Wood Experts


Specialist Timber Consultancy and Training since 1991

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TFT Woodexperts Blog


Skills: Accentuate the Positive

It’s not often that a song made famous by Ella Fitzgerald comes to mind when thinking about the shortage of wood skills currently hampering construction.  Yet ‘Accentuate the Positive’, as the song title encourages, is what we must do to attract more school and university students into our sector.  

Main contractor Laing O’Rourke set out a 10-point plan to address the construction skills crisis some months ago, calling for ‘Design, Engineer & Construct’ (DEC) subjects to be offered in schools through specific GCSEs and A-levels.  Technician-level qualifications in ‘practical’ subjects have certainly lost out over time to full degrees, yet they are still vital to the well-being of the construction industry.  But does the image of construction as a career choice stand up to young people’s scrutiny in the digital age?  

Wood comes into the design & technology curriculum under ‘resistant materials’.  Children allowed to experiment with wood in designing products, and teachers mentoring the experience, often have positive experiences, engendering a lasting enthusiasm for wood.  One successful campaign which captures and capitalizes upon that positivity is the British Woodworking Federation’s ‘Wow! I Made That’ apprenticeships promotion, designed specifically to harvest a new generation of employees for joinery producers.  

At university level, wood has a much more positive image than general construction, due to its easily comprehensible environmental benefits and its flexible design capabilities.  Yet here again, teaching of wood science & technology needs to be vastly increased if the construction and forestry industries want to reap the full commercial benefit of a generation of architects and engineers who actually know how the material works and can use it to full effect.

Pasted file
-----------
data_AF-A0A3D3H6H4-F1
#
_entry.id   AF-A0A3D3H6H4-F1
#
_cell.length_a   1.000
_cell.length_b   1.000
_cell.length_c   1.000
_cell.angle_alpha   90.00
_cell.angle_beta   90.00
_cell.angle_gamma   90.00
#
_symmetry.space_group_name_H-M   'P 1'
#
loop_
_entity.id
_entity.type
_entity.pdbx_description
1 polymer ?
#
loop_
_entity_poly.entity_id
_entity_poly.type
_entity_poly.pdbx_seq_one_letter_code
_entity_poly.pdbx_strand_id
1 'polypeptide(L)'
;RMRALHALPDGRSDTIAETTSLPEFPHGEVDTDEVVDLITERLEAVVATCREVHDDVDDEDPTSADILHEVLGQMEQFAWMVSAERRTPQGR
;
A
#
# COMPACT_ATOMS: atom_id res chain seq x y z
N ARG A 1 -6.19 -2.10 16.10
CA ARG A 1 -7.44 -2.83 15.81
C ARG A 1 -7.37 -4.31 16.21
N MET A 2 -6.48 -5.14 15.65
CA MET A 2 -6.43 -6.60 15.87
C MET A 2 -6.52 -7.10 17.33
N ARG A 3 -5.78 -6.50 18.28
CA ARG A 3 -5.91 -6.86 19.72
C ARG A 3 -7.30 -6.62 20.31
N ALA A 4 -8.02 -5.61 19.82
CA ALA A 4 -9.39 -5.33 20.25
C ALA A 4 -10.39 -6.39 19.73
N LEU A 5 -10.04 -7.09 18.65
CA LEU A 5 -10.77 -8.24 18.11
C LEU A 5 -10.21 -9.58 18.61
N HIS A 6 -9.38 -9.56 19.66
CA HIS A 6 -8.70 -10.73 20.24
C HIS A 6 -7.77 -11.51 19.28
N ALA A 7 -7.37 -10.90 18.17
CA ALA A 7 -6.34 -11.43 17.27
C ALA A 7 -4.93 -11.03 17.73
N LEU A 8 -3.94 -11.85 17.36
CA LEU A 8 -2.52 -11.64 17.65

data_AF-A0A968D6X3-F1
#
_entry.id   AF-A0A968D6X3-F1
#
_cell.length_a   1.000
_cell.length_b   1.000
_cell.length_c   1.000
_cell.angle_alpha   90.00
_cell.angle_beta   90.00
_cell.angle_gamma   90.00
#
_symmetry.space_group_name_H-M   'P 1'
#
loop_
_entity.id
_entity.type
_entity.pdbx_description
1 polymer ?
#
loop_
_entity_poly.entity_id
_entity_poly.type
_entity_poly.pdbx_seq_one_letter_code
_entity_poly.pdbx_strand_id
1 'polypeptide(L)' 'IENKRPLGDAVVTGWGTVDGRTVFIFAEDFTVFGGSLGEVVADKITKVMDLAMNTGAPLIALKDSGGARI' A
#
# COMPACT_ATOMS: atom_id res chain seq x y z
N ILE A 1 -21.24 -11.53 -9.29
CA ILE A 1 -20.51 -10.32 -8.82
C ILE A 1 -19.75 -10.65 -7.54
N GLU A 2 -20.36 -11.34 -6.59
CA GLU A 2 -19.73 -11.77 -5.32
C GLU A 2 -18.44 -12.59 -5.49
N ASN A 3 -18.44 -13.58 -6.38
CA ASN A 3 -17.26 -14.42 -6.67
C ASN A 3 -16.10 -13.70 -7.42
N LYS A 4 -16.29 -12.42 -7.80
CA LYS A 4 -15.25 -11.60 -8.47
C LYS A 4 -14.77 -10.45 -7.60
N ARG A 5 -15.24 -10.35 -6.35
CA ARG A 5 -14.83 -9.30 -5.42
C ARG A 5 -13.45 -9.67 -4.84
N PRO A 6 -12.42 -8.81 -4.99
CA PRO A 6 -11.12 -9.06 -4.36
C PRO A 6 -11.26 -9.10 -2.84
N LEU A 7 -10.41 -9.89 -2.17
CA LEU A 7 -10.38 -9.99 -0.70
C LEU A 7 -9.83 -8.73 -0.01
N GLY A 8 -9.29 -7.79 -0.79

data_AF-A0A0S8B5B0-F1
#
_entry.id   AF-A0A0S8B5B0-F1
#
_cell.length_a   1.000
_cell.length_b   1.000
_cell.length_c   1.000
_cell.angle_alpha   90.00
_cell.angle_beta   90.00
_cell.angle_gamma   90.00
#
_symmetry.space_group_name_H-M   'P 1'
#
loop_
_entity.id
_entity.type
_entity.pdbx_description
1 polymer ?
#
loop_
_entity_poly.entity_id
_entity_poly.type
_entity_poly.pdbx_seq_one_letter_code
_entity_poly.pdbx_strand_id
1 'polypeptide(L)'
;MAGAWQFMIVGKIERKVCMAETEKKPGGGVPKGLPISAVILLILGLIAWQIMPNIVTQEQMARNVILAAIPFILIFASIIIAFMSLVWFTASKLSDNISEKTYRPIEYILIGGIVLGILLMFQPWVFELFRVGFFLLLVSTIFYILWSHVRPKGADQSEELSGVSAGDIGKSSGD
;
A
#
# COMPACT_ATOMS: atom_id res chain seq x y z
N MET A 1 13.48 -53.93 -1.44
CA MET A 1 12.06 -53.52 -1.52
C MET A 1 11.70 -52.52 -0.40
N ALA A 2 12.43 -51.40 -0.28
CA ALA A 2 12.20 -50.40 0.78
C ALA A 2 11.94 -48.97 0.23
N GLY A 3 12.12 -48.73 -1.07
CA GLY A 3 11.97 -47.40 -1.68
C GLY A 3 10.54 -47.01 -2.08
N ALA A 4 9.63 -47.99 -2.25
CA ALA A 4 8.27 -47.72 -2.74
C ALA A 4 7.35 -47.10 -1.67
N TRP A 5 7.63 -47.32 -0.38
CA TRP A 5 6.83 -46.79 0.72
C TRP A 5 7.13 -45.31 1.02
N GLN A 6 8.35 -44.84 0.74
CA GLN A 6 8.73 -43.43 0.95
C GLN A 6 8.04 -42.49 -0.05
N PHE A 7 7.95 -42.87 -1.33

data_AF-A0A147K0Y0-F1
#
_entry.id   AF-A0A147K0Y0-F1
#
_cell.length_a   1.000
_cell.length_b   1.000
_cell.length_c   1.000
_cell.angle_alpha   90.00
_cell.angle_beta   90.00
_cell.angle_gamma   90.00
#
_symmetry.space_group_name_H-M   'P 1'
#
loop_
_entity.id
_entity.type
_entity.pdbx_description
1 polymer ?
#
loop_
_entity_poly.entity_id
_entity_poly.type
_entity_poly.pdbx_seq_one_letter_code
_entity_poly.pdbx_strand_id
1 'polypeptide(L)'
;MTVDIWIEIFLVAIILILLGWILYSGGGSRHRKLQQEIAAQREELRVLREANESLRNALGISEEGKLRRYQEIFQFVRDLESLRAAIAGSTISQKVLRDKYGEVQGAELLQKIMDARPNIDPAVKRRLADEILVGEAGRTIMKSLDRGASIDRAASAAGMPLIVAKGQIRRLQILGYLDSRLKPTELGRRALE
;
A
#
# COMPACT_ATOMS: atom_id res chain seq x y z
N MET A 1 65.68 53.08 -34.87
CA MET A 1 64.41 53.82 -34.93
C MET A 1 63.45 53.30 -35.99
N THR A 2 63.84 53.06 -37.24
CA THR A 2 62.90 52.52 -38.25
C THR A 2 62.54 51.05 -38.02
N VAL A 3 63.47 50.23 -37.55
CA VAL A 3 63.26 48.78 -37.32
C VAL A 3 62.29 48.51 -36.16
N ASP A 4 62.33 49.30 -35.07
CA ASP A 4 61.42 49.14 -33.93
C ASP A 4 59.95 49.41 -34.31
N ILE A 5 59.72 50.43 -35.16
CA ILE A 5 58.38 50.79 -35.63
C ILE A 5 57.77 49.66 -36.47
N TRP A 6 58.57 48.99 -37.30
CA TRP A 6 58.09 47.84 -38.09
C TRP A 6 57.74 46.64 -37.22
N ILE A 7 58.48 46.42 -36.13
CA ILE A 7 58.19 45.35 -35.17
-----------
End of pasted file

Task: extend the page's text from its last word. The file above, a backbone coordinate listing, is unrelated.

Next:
Wood suppliers and other trade bodies, like the Builders Merchants Federation, offer wood training and qualifications, but by and large only to those already in the business, rather than using wood as an attractive career path in its own right.  Once in the industry, the prospect of winning awards, such as Timber Trades Journal’s Career Development Award, accentuate the positive aura around career progression.  The entry deadline for 2017’s Career Development Award is 21st July.  In previous years, many of the entrants and winners have received training with TFT Woodexperts.

It is surely to everyone’s benefit in the wood sector to take every opportunity to accentuate the positive message of sustainable wood and its considerable design, structural and climate change potential.  Which age range we decide to prioritise with our positive messaging, and the level of connectivity between school, university and employer opportunities with which we do so, will dictate how swiftly we are able to close the wood skills gap.  

16 June 2017